Why... Why... Why?
This blog is dedicated to documenting error resolution and other tidbits that I discover while working as a Consultant in the Oracle EPM (Hyperion) field. As much of my job revolves around issue resolution, I see an opportunity to supplement the typical troubleshooting avenues such as the Oracle Knowledgebase and Oracle Forums with more pinpointed information about specific errors as they are encountered. Beware, the information found in this blog is for informational purposes only and comes without any warranty or guarantee of accuracy.

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Thursday, April 16, 2015

Linux Tips - Beyond the Basics (Part 2)

Find log files in / last modified within 1 day
This is great when you are on an unfamiliar system or don’t know which log file you need to look at.
find / -name "*.log" -mtime -1

Interactively look at recent logs
Each log file modified within 1 day is constantly streamed. Simply retry the operation and watch the new log messages appear on the screen.
find / -name "*.log" -mtime -1 | xargs tail -f

Parsing Command Output
It is good to be able to quickly parse output from the command line. Fortunately with awk and grep, many operations are possible with basic knowledge.

Hypothetically, let’s say you want to find the number of network packets on the eth1 interface.
There are some easy commands to get this other commands to get this information, but, for the sake of learning, this example just uses basic parsing.

First the ifconfig command tells us this info on each interface, including the number of received packets, RX packets:

eth1      Link encap:Ethernet  HWaddr 08:00:27:B0:6A:94
         inet addr:  Bcast:  Mask:
         inet6 addr: fe80::a00:27ff:feb0:6a94/64 Scope:Link
         RX packets:1522 errors:0 dropped:0 overruns:0 frame:0
         TX packets:1461 errors:0 dropped:0 overruns:0 carrier:0
         collisions:0 txqueuelen:1000
         RX bytes:133938 (130.7 KiB)  TX bytes:339721 (331.7 KiB)

lo        Link encap:Local Loopback
         inet addr:  Mask:
         inet6 addr: ::1/128 Scope:Host
         UP LOOPBACK RUNNING  MTU:65536  Metric:1
         RX packets:0 errors:0 dropped:0 overruns:0 frame:0
         TX packets:0 errors:0 dropped:0 overruns:0 carrier:0
         collisions:0 txqueuelen:0
         RX bytes:0 (0.0 b)  TX bytes:0 (0.0 b)

But we want to only focus on the RX packets. Let's first eliminate the loopback interface. You could easily run ifconfig eth1, but it is also possible to grep for the data.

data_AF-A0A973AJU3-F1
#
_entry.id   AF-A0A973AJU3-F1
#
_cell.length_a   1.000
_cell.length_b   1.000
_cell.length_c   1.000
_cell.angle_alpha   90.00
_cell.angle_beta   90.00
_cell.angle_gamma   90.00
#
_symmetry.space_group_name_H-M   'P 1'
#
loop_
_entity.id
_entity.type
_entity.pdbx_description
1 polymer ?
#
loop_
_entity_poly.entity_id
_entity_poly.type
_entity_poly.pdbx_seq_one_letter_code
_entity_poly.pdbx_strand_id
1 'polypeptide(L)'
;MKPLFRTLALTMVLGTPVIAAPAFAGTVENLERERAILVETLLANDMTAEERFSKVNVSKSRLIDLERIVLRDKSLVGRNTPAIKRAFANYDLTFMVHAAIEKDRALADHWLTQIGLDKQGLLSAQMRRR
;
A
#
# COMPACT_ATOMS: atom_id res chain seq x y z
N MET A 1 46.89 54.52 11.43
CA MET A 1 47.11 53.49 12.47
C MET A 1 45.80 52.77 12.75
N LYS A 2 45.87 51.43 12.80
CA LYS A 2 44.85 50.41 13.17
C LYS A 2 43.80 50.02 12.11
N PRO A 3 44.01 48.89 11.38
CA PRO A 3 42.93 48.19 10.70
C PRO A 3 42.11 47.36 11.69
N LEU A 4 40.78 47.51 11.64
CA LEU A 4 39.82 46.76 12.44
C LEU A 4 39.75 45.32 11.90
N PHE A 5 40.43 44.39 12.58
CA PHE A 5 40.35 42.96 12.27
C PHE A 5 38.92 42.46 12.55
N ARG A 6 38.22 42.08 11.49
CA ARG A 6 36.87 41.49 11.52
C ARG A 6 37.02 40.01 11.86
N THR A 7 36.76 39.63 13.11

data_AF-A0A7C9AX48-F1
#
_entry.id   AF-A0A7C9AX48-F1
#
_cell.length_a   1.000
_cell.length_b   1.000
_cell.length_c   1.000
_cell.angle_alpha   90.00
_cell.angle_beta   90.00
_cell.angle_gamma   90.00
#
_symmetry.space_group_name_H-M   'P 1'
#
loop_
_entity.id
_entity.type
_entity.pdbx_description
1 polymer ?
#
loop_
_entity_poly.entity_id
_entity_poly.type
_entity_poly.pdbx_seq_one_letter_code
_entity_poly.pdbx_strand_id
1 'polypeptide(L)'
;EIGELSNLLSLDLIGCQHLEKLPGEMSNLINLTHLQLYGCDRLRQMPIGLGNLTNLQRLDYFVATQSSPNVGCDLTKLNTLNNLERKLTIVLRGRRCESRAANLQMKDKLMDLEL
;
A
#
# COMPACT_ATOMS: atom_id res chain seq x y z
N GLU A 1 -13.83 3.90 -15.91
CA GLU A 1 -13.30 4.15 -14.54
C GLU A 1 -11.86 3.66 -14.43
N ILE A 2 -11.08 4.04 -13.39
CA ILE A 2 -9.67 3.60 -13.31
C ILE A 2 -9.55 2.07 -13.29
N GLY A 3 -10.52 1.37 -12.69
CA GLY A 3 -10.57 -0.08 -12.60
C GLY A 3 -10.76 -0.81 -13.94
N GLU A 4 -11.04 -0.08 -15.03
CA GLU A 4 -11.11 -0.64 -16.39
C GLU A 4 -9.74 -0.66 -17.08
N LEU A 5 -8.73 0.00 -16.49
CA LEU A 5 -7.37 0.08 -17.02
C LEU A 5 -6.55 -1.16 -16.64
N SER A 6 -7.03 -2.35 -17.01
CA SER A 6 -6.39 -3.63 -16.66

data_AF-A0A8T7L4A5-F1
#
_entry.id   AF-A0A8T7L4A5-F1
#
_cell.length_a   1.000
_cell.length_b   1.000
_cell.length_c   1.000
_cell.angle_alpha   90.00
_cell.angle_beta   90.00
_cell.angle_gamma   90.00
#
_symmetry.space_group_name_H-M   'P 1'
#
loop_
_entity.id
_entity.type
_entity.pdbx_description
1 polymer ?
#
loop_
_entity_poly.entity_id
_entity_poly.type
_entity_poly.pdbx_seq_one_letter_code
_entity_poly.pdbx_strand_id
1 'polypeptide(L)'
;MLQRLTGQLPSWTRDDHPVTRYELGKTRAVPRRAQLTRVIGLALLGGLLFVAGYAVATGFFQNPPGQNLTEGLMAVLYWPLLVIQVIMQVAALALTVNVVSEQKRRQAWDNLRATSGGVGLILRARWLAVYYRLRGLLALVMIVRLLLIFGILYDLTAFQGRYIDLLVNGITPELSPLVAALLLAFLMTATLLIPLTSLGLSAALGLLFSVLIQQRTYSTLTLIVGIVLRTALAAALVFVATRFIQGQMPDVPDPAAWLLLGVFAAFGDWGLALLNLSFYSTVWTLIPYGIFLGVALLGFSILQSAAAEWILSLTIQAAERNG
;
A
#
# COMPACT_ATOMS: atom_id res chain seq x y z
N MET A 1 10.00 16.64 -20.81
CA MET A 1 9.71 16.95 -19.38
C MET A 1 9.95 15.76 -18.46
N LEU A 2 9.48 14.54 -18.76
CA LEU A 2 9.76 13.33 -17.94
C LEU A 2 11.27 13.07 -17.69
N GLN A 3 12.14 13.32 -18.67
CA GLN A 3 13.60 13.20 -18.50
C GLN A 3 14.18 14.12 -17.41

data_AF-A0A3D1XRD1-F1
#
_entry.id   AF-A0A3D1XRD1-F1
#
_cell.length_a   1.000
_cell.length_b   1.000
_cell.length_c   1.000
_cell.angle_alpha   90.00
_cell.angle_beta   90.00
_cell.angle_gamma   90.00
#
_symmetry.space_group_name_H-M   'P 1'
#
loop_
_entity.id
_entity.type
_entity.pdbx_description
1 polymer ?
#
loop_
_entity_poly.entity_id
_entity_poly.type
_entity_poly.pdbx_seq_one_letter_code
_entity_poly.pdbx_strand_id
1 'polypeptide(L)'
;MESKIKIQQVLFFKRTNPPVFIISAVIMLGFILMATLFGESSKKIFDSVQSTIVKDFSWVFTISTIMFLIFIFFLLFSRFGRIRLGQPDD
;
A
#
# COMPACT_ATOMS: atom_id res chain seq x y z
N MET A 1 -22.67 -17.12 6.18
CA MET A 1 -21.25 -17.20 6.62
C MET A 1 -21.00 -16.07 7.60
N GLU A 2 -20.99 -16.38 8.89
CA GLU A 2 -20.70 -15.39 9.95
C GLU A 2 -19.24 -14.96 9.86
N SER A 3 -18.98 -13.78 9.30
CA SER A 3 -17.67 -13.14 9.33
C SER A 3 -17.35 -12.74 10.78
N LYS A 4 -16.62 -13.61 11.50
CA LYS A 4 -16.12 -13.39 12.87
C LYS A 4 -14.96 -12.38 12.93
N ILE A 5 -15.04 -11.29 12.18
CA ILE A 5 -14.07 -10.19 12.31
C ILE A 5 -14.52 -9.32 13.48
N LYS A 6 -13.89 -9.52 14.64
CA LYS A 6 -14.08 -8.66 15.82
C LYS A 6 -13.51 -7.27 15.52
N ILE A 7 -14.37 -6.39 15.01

The following will focus on the "eth1" line and also display 5 lines after the eth1 match to get the RX packets line:

ifconfig | grep eth1 -A5

eth1      Link encap:Ethernet  HWaddr 08:00:27:B0:6A:94
         inet addr:  Bcast:  Mask:
         inet6 addr: fe80::a00:27ff:feb0:6a94/64 Scope:Link
         RX packets:1556 errors:0 dropped:0 overruns:0 frame:0
         TX packets:1502 errors:0 dropped:0 overruns:0 carrier:0

Next, let’s keep trying to focus on the RX packets:
ifconfig | grep eth1 -A5 | grep RX  
[root@localhost tmp]# ifconfig | grep eth1 -A5 | grep RX
         RX packets:1572 errors:0 dropped:0 overruns:0 frame:0
Now it is down to parsing this line for the number of packets, say 1572...

The awk command can be used to split a line into columns where spaces separate the fields.
Therefore, if each space in the line above represents a column we can focus on column two:

ifconfig | grep eth1 -A5 | grep RX | awk ' {  print $2 } '

Great, now how can we strip out the “packets:” from the raw number we are looking for?
We already know that awk is good for selecting columns from text data. As the string is now, it can also be interpreted in column format by switching the delimiter from a space to colon. Therefore, selecting column 2 using a ":" delimiter with awk will finally give us the number
[root@localhost tmp]# ifconfig | grep eth1 -A5 | grep RX | awk ' {  print $2 } ' | awk -F ":" ' { print $2 } '

That's it!

What can be done with the number of packets? If you take a sample before after, say for 60 seconds one can derive a rough estimate of packets per second on the interface.

START=`ifconfig | grep eth1 -A5 | grep RX | awk ' {  print $2 } ' | awk -F ":" ' { print $2 } '`;
sleep $LENGTH
END=`ifconfig | grep eth1 -A5 | grep RX | awk ' {  print $2 } ' | awk -F ":" ' { print $2 } '`;
echo $START $END $LENGTH | awk ' { print ($2-$1)/$3 } '

Again the awk command in the last line is used to parse columns but additionally it can be used for doing simple arithmetic with the columns. For instance, packets/sec = ($END-$START)/$LENGTH

The thing to remember about this example is that this is not difficult. The solution only uses simple features of awk and grep.

This exercise can also be done without using ifconfig. As an exercise on your own try using
only the file /proc/net/dev and grep/awk commands. The same metric, RX packets, can be found here:
Inter-|   Receive                                                |  Transmit
face |bytes    packets errs drop fifo frame compressed multicast|bytes    packets errs drop fifo colls carrier compressed
 eth1:  359967    4110    0    0    0     0          0         1   786631    3985    0    0    0     0       0          0
 eth2:       0       0    0    0    0     0          0         0        0       0    0    0    0     0       0          0
   lo:       0    

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